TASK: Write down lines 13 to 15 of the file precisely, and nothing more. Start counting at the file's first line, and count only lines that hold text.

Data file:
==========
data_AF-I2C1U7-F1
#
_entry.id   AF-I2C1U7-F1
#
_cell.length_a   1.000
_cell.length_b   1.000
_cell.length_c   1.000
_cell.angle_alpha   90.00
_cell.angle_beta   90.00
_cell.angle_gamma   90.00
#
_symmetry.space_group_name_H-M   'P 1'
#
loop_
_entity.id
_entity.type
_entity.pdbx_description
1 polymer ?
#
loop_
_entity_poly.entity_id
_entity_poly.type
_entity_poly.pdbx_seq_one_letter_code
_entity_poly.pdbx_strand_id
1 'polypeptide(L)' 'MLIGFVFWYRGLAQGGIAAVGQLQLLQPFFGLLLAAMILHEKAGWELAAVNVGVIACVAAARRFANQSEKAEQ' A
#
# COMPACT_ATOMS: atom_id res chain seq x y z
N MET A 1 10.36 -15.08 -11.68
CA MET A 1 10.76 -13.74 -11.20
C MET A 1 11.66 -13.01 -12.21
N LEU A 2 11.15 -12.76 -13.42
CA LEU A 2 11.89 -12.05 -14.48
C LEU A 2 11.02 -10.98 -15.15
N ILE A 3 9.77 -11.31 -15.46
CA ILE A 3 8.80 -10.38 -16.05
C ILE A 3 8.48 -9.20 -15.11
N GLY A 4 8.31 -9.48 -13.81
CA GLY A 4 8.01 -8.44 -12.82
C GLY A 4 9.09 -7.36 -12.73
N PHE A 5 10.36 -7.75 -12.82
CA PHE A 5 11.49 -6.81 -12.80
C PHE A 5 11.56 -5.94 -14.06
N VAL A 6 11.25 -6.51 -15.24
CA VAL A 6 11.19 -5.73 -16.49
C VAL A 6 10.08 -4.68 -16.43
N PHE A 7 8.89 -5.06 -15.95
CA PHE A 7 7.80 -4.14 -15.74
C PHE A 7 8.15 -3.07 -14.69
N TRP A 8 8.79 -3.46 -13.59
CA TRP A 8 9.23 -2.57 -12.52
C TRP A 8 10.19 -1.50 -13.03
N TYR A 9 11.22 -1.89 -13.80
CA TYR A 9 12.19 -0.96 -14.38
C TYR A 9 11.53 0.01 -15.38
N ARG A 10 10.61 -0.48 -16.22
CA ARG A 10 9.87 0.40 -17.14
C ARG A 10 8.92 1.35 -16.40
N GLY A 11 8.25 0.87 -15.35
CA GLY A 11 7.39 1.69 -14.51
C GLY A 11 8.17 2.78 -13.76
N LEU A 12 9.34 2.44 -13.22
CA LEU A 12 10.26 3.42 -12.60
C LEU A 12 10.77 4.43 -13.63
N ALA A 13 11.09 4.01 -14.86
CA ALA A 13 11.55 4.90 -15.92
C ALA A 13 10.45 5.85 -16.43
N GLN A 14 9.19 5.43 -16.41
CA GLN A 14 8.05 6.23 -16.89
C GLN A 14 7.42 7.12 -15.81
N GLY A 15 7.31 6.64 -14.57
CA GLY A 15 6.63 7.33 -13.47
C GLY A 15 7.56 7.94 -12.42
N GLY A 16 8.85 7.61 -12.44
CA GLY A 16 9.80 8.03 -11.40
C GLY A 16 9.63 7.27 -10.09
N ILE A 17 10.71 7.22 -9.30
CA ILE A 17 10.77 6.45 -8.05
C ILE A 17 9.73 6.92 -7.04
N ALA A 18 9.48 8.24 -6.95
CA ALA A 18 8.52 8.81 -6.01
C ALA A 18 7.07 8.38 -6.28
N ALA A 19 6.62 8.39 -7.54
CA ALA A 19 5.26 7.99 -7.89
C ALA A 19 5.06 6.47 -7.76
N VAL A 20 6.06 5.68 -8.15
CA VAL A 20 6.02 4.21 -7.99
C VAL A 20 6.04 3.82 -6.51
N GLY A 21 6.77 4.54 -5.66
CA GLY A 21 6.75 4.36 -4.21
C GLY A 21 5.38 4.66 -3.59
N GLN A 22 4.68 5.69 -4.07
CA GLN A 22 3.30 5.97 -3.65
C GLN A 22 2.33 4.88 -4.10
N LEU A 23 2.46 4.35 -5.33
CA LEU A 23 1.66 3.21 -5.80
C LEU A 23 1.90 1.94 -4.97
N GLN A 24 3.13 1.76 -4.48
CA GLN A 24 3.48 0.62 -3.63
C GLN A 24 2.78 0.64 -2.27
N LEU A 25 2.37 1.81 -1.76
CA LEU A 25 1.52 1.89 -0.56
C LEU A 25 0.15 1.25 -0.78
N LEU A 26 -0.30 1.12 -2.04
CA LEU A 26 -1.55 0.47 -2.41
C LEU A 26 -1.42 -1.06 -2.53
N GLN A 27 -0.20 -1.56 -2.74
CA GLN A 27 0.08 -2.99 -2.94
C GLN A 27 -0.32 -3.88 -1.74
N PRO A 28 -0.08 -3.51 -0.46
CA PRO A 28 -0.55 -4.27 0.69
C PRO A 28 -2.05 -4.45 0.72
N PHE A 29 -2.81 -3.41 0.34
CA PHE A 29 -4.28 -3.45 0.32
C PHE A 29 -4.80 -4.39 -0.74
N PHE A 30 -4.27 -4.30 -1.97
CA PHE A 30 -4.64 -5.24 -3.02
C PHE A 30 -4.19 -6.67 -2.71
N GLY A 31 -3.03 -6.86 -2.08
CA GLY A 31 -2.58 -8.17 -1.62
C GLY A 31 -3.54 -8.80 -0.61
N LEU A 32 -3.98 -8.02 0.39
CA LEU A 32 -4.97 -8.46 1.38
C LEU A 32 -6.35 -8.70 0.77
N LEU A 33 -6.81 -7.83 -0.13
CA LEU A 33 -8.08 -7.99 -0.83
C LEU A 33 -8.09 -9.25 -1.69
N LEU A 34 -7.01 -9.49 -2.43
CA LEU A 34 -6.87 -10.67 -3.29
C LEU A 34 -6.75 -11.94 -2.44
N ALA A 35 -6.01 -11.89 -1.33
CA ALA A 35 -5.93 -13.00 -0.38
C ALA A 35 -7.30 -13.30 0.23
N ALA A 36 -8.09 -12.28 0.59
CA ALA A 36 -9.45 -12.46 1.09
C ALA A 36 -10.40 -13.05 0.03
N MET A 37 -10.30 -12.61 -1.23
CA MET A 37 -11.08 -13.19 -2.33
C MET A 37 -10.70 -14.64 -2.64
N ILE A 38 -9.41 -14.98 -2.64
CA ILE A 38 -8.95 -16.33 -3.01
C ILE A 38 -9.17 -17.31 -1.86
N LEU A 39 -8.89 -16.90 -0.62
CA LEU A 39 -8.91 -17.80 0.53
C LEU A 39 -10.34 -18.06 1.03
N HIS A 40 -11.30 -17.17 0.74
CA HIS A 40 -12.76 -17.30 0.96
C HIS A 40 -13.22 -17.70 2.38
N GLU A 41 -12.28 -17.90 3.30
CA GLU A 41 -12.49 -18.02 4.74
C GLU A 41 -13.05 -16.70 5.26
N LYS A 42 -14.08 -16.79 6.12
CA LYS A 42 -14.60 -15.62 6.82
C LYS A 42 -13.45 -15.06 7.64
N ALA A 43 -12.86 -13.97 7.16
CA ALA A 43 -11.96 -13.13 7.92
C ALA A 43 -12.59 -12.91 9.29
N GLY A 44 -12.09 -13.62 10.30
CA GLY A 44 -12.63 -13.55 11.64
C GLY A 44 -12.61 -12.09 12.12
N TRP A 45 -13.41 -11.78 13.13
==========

#
loop_
_entity.id